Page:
Back from another tour of duty the last few weeks -- this one including stops in Colombia, Thailand, Myanmar and Hong Kong.
And everywhere there were interesting opportunities to be had.
One theme jumped out from all the meetings worldwide: that resource markets are facing some of the toughest times in decades right now. At least in the West.
Many of the Western investors I met with have turned negative on gold, base metals, and now even energy. Some formerly major players in this space have turned away from financing resource projects altogether -- now preferring more popular stomping grounds like the technology sector.
But at the same time that the West is turning away, the East is coming on. Related: How Much Longer Can The Oil Age Last?
The message I got loud and clear was that Asian firms -- and especially government-backed entities -- are driving harder than ever to find quality resource projects. Both in energy and metals. These conglomerates have a lot of cash on hand, and these days they're deploying it -- not just into advanced assets, but increasingly into exploration plays aimed at discovering, rather than buying, the next big mine or oil field.
Just look at the $20 million project financing package that was struck earlier this year by British Columbia copper-gold developer Serengeti Resources -- with the backing coming from a major Korean trading company (arranged by Harp Capital, a boutique firm who have been on the front lines of Asian resource finance for nearly a decade). Today Asia is where the money is coming from.
That combination of Western malaise and Eastern attention is setting up some interesting dynamics. In fact, it makes this a near-perfect time for certain projects. Related: How China Could Hold The Oil Markets To Ransom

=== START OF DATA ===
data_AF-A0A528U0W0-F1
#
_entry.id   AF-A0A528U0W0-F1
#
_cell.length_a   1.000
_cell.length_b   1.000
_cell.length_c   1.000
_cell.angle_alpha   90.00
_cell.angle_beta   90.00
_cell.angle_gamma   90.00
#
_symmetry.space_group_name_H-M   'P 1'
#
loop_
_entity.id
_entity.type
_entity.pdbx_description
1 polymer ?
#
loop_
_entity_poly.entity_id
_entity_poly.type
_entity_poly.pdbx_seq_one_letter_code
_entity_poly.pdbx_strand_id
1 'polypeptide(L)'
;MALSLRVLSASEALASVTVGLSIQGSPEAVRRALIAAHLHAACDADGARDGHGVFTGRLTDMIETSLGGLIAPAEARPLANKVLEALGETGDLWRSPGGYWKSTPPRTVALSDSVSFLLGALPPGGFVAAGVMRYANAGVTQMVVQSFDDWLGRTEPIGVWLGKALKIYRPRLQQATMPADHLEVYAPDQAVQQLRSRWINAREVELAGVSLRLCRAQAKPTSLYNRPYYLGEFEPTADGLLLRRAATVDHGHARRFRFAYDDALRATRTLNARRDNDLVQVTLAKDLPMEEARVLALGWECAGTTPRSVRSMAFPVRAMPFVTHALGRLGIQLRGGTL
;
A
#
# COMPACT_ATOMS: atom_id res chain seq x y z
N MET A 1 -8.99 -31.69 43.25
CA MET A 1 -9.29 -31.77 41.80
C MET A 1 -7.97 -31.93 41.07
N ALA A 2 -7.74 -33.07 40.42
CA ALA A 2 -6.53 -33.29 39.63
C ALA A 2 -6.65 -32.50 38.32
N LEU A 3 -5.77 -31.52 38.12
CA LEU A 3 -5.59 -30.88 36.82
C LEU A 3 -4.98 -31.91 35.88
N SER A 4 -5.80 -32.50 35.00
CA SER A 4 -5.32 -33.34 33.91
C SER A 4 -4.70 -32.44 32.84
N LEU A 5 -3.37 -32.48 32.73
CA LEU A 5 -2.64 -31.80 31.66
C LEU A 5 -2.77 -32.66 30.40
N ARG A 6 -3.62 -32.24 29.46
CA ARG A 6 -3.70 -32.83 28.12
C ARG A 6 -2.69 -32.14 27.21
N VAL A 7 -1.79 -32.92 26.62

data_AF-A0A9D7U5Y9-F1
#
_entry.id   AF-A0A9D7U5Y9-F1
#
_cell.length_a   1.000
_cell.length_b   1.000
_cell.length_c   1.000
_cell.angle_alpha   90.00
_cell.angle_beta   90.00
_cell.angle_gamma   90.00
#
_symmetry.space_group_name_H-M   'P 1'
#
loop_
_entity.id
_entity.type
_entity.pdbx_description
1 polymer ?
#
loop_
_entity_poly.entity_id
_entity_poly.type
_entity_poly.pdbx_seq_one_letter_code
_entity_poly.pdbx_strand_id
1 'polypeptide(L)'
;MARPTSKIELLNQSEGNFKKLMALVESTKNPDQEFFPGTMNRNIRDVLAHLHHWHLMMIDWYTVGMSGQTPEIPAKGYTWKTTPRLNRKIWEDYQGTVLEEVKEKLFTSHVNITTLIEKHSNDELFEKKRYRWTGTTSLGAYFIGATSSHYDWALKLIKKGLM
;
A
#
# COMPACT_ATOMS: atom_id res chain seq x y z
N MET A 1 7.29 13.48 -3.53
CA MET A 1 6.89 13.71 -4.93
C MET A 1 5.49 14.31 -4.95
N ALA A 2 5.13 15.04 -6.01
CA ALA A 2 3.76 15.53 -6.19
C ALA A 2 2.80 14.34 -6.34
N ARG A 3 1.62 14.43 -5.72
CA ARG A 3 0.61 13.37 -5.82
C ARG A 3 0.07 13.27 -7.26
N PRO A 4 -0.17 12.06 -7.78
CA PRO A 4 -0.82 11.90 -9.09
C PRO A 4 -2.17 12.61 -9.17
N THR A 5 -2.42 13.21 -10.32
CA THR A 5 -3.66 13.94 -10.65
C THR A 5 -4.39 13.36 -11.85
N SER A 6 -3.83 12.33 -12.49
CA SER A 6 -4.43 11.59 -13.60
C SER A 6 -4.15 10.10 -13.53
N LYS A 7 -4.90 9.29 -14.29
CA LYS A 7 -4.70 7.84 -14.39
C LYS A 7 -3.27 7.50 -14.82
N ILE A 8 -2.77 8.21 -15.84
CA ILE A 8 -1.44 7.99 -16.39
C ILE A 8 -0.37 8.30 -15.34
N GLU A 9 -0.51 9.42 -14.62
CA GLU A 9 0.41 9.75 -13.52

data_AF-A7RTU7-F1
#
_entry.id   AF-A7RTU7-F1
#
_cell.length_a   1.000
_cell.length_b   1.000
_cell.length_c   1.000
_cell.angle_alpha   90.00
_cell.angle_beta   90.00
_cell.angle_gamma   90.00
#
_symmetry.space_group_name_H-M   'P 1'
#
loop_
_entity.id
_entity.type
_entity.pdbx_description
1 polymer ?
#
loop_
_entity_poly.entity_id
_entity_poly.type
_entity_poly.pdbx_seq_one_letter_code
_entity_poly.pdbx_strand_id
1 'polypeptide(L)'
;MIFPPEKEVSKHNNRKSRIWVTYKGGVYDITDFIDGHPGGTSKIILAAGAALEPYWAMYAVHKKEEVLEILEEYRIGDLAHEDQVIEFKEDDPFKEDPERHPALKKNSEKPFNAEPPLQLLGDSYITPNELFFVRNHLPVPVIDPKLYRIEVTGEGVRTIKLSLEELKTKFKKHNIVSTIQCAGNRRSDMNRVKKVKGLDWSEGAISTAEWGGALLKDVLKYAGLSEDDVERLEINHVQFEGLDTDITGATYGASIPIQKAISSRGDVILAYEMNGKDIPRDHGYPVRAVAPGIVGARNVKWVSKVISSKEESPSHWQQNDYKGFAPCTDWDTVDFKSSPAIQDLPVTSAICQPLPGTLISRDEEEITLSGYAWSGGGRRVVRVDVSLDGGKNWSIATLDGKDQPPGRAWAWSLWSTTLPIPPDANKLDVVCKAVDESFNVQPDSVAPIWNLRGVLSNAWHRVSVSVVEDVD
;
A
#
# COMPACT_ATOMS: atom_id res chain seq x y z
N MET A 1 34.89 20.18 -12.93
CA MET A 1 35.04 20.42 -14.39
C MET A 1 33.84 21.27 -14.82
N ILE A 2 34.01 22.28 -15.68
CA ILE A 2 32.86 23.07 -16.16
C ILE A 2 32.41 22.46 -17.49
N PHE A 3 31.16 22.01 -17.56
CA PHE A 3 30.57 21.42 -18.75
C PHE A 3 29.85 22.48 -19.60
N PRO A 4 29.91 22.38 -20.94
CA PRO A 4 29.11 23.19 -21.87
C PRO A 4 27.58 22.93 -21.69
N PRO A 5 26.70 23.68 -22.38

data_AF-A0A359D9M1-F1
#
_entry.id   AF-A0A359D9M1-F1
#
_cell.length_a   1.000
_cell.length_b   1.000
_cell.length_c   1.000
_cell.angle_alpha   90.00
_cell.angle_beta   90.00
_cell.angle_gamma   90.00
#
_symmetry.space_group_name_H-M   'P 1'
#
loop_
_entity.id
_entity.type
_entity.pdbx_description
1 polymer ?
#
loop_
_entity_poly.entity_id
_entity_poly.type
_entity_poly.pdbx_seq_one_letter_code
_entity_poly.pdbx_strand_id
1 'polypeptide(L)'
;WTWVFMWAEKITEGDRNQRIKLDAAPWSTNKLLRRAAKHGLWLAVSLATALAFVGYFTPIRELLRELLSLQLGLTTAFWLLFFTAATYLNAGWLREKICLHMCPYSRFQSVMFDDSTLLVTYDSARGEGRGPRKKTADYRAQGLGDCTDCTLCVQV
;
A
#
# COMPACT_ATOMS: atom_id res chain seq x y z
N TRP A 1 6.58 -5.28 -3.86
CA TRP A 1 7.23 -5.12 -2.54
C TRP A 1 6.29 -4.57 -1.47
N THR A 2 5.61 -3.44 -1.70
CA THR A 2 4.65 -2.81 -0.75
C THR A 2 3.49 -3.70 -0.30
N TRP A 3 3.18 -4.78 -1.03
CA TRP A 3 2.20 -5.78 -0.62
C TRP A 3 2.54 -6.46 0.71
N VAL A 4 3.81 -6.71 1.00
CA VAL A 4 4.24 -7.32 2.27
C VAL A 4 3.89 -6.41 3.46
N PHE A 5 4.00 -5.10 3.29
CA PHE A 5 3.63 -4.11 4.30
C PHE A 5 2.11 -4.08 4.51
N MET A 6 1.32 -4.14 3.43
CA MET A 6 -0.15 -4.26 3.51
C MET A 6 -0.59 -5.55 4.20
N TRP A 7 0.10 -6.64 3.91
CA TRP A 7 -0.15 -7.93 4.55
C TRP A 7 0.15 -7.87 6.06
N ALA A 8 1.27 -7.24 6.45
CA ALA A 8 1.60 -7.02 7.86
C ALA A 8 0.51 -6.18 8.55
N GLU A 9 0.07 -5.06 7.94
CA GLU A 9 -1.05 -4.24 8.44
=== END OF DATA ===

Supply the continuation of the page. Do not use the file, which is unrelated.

That's because the lack of love from traditional markets is making it easier to source projects right now. On the South America leg of my trip, for example, I was able to meet on four to five copper projects daily -- many of them at an advanced stage. These are the kind of opportunities that simply weren't available three years ago. And today they come with much-reduced price tags. If you like paying pennies on the dollar, this is the time.
The same is true on the oil and gas front. During my meetings in Colombia, I heard reports that even the government in this stalwart petroleum-producing nation is fatigued over its project portfolio. In fact, insiders told me that state oil and gas firm Ecopetrol is looking at spinning off dozens of state-controlled oil fields to the private sector soon.
That's exactly the sort of opportunity that's created huge wins in the past. The trick of course being that developers need to finance amid the current challenging markets. Related: Germany Getting In Early On This Major New Oil And Gas Opportunity
In that regard, there was one meeting on my trip that particularly stood out. A former petroleum engineer with the Colombian government -- who noted that the government is now, for the first time, offering oil and gas acreage in a totally new part of the country. A place that is unique in having access to the Pacific Ocean -- and thus to energy markets in Asia.
This is the kind of opportunity tailor-made for today's markets. Where industry indifference is making acreage available (at very low cost) -- in a place that's a natural fit for cash-rich Asian firms looking to secure oil supply.
My trip has left me excited about new kinds of projects -- and project finance -- we're going to see in our market going forward. For those who position on the leading edge of the sweeping changes we're seeing now, the coming years are going to be unlike anything previous.
Here's to a global opportunity,
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